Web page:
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Grape expectations

In his home kitchen, Eat ’n Park’s executive chef, John Frick, likes to add fruit to jazz up chicken or tuna salad. He decided to steal that idea for a recent LTO, the California Chicken Salad Sandwich, incorporating grapes into the mix. As part of the chain’s “7 Days, 7 Deals, 7 Dollars” promotion, the sandwich—with housemade pickle and side—sells for $7.

Filling first

“The essential components of a successful sandwich are fresh ingredients, interesting flavors and textures and good looks,” says Frick. This one starts with chicken salad made in-house from a combo of light and dark meat to boost flavor and moistness. Celery and onions, diced fresh daily, go in next. Then come the grapes, which impart a tangy-sweet flavor and juiciness. “I chose red California grapes to add natural pops of color,” notes Frick. Almonds are tossed in for crunch, then the mixture is bound together with Eat ’n Park’s signature mayonnaise.

The build

Layered on top of the filling is cheddar cheese and lettuce. Since this sandwich ran from June through mid-September, Frick was able to source local lettuce, grown near corporate headquarters in Homestead, Pennsylvania. For the carrier, the culinary team chose the chain’s seven-grain bread, baked daily at each of the 72 locations. “We’ve had lots of success with the seven-grain,” reports Frick. “It’s healthier but not dry and provides great character and contrast.”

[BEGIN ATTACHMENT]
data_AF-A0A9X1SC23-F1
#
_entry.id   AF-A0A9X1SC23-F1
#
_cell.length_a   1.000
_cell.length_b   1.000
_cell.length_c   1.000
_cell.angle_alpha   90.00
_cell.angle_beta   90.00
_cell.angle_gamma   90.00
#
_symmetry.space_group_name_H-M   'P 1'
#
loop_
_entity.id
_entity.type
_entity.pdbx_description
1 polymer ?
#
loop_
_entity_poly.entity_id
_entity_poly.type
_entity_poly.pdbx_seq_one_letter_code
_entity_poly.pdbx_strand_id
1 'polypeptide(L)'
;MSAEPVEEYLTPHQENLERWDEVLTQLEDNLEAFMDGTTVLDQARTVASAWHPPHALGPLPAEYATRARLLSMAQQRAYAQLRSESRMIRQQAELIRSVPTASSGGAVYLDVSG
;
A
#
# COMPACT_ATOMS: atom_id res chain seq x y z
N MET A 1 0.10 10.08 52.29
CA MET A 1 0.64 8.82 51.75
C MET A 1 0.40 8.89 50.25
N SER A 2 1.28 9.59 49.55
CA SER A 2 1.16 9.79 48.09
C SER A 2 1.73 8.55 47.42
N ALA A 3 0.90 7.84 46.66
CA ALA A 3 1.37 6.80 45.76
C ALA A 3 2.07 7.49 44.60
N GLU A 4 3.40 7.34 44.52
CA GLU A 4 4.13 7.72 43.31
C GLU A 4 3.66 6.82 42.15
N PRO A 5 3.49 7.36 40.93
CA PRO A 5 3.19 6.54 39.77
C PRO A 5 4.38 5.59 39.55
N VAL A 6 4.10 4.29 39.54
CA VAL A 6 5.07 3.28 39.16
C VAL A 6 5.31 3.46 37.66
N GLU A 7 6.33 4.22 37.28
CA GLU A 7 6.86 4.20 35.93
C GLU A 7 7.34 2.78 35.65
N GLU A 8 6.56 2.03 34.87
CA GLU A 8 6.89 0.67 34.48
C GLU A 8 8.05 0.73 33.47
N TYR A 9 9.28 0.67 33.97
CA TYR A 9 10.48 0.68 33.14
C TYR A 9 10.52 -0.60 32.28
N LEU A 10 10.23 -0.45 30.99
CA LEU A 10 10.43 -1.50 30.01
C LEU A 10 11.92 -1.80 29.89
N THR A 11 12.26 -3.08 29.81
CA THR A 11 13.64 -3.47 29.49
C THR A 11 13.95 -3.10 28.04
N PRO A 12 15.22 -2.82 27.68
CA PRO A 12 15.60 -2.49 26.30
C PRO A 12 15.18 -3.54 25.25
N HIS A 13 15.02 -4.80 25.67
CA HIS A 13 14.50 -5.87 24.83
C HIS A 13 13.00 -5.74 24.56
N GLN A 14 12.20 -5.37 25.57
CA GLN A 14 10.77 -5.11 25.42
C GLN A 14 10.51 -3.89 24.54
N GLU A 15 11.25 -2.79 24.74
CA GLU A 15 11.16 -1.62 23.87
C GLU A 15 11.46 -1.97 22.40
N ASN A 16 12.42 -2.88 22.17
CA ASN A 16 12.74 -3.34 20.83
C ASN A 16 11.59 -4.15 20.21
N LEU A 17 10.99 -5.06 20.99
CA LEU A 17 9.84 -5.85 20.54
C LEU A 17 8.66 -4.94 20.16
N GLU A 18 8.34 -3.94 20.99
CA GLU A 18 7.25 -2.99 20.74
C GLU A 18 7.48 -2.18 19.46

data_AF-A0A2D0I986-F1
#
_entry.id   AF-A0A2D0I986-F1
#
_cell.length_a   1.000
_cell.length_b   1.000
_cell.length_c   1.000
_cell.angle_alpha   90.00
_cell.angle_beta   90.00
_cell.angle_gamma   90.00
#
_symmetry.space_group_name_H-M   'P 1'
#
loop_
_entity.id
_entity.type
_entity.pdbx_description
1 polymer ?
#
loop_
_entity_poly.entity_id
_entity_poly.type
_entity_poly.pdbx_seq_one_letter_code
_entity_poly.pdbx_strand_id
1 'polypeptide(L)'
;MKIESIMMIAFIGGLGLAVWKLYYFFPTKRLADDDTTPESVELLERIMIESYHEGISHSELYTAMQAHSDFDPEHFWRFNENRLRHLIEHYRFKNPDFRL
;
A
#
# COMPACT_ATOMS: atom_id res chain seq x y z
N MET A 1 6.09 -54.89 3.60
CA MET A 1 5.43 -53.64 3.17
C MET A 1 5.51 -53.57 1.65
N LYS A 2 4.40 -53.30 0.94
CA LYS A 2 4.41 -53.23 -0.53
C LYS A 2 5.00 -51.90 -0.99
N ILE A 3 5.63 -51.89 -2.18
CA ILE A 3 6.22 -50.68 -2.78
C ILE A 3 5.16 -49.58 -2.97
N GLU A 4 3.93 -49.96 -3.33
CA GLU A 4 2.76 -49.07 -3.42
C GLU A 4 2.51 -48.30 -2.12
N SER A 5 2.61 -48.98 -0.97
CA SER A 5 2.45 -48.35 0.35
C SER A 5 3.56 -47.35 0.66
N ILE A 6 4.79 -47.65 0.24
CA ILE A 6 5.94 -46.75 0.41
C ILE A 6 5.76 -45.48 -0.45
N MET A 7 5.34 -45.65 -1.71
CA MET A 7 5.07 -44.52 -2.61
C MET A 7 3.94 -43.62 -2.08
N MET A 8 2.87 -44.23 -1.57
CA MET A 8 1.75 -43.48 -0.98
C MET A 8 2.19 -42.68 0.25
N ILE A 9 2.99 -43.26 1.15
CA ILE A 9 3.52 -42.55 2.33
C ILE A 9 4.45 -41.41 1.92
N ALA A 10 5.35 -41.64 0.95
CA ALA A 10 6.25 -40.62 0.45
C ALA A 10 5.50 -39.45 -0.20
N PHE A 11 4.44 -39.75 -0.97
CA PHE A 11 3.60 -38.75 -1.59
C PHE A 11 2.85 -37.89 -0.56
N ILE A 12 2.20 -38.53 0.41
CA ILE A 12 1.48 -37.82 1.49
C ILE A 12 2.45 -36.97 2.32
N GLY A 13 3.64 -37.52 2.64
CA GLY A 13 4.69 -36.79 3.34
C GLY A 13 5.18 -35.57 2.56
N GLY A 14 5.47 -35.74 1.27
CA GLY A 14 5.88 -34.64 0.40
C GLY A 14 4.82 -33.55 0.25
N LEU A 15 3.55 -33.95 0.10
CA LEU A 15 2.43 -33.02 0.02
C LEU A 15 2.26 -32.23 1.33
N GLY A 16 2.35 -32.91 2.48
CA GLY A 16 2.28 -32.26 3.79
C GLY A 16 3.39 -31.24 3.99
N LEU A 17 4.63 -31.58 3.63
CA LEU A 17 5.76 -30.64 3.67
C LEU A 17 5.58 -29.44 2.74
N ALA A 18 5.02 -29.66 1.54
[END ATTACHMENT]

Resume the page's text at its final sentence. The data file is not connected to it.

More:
Left on the table

The chef tried the sandwich with a croissant, but it didn’t offer the same contrast or hold up as well to the chicken salad. Along the way, he also considered pecans and walnuts for the filling, but “the almonds worked well operationally and can be used in several other applications,” he says. In fact, everything in the sandwich can be cross-utilized.

Sourcing strategies

Since Eat ’n Park has no franchisees, Frick specs the exact ingredients he wants for all locations. He works directly with the manufacturer to source the pre-cooked chicken and a proprietary mayonnaise. Paragon Produce out of Pittsburgh supplies many of the fruits and vegetables and a broadliner fills in with staples.

Gearing up for Fall

Frick is looking at the pretzel bun craze as inspiration for Fall—in both sandwich and appetizer applications. Fresh pears, perhaps grilled and combined with chicken in a salad, are also under consideration. And bolder flavors will factor into menu development as well. “We’re a family restaurant chain that’s been around for 60 years, but we’re finding that customers are more adventurous. We just ran a successful Habanero Chicken Sandwich. LTOs allow me to have a little fun with ingredients,” he says. 

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